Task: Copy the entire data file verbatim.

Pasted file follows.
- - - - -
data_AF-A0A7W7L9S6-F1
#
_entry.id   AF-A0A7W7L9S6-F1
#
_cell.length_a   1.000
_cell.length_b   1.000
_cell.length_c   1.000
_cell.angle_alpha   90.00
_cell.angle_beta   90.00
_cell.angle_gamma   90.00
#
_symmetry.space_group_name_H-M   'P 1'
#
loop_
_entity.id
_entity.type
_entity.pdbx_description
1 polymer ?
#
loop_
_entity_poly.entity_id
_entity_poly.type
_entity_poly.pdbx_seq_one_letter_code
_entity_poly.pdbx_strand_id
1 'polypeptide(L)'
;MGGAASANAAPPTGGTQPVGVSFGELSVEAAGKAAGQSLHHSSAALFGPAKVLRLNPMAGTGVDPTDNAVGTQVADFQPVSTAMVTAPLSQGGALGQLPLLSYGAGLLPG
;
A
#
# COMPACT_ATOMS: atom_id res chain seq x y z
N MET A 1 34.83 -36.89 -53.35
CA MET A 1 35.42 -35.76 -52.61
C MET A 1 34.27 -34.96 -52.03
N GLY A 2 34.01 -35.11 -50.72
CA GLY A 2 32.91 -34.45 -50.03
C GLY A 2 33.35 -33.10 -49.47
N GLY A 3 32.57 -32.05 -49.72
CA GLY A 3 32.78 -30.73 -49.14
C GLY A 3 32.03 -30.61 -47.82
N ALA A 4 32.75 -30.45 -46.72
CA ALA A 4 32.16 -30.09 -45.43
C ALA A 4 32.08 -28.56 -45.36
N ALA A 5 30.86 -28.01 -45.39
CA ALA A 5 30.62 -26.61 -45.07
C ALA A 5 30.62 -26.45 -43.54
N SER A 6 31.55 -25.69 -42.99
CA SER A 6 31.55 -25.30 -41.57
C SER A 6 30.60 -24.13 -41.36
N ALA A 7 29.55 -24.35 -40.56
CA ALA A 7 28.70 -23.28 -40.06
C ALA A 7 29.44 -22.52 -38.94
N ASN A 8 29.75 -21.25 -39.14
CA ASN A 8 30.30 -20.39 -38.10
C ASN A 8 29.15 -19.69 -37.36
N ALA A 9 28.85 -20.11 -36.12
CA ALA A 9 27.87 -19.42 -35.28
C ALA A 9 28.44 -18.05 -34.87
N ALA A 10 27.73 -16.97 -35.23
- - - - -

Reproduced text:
data_AF-A0A7W7L9S6-F1
#
_entry.id   AF-A0A7W7L9S6-F1
#
_cell.length_a   1.000
_cell.length_b   1.000
_cell.length_c   1.000
_cell.angle_alpha   90.00
_cell.angle_beta   90.00
_cell.angle_gamma   90.00
#
_symmetry.space_group_name_H-M   'P 1'
#
loop_
_entity.id
_entity.type
_entity.pdbx_description
1 polymer ?
#
loop_
_entity_poly.entity_id
_entity_poly.type
_entity_poly.pdbx_seq_one_letter_code
_entity_poly.pdbx_strand_id
1 'polypeptide(L)'
;MGGAASANAAPPTGGTQPVGVSFGELSVEAAGKAAGQSLHHSSAALFGPAKVLRLNPMAGTGVDPTDNAVGTQVADFQPVSTAMVTAPLSQGGALGQLPLLSYGAGLLPG
;
A
#
# COMPACT_ATOMS: atom_id res chain seq x y z
N MET A 1 34.83 -36.89 -53.35
CA MET A 1 35.42 -35.76 -52.61
C MET A 1 34.27 -34.96 -52.03
N GLY A 2 34.01 -35.11 -50.72
CA GLY A 2 32.91 -34.45 -50.03
C GLY A 2 33.35 -33.10 -49.47
N GLY A 3 32.57 -32.05 -49.72
CA GLY A 3 32.78 -30.73 -49.14
C GLY A 3 32.03 -30.61 -47.82
N ALA A 4 32.75 -30.45 -46.72
CA ALA A 4 32.16 -30.09 -45.43
C ALA A 4 32.08 -28.56 -45.36
N ALA A 5 30.86 -28.01 -45.39
CA ALA A 5 30.62 -26.61 -45.07
C ALA A 5 30.62 -26.45 -43.54
N SER A 6 31.55 -25.69 -42.99
CA SER A 6 31.55 -25.30 -41.57
C SER A 6 30.60 -24.13 -41.36
N ALA A 7 29.55 -24.35 -40.56
CA ALA A 7 28.70 -23.28 -40.06
C ALA A 7 29.44 -22.52 -38.94
N ASN A 8 29.75 -21.25 -39.14
CA ASN A 8 30.30 -20.39 -38.10
C ASN A 8 29.15 -19.69 -37.36
N ALA A 9 28.85 -20.11 -36.12
CA ALA A 9 27.87 -19.42 -35.28
C ALA A 9 28.44 -18.05 -34.87
N ALA A 10 27.73 -16.97 -35.23